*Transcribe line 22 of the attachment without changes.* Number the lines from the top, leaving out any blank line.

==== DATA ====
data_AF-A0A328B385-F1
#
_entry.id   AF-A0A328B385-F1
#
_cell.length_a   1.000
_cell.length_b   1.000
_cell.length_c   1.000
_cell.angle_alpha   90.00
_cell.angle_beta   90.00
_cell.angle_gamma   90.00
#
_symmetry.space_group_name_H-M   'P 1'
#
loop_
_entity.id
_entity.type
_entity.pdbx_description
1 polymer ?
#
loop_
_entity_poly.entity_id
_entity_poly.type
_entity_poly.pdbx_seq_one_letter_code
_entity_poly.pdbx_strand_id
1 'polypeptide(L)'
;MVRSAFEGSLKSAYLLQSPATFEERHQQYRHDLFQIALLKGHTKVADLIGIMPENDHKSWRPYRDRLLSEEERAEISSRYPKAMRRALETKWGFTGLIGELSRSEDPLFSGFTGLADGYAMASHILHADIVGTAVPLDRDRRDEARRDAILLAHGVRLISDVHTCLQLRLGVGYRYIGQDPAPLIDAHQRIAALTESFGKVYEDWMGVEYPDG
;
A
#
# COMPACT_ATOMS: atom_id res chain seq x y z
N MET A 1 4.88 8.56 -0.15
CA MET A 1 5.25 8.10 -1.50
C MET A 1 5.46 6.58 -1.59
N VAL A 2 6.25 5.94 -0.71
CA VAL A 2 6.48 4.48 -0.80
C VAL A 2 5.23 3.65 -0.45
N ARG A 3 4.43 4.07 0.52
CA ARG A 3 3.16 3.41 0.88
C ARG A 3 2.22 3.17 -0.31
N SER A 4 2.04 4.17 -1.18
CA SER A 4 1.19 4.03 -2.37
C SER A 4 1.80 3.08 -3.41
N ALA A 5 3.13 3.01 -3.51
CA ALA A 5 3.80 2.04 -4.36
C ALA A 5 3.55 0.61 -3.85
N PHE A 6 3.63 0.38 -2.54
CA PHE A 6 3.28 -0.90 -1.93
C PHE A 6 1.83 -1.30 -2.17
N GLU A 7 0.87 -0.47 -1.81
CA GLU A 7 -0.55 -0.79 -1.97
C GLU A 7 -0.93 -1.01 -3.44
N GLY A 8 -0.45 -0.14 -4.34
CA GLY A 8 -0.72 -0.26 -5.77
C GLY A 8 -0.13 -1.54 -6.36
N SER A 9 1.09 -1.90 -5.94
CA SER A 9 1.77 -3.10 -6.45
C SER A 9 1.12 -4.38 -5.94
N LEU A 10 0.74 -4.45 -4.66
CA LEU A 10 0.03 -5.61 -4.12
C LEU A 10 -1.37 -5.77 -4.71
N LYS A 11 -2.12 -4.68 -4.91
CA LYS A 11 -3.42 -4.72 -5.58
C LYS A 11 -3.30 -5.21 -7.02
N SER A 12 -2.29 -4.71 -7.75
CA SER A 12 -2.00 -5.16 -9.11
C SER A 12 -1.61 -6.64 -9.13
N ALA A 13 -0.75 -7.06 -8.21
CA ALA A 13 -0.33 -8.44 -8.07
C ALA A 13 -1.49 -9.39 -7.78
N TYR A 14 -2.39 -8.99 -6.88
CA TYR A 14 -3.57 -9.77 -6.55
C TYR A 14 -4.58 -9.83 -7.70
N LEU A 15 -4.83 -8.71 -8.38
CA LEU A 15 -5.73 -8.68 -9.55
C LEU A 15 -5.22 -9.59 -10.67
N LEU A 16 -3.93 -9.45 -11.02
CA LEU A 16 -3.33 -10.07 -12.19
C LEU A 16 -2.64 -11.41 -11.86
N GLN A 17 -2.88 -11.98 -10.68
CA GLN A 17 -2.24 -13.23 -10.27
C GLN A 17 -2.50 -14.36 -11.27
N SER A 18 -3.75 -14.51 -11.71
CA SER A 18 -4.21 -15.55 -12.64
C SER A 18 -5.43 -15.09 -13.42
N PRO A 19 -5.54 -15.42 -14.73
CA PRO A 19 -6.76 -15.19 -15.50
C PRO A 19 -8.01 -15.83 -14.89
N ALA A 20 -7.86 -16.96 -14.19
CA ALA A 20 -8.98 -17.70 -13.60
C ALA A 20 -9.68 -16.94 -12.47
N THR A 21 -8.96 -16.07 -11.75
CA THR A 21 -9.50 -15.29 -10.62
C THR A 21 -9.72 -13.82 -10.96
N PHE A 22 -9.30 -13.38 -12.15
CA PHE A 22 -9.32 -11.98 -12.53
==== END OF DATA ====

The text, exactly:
_entity_poly.type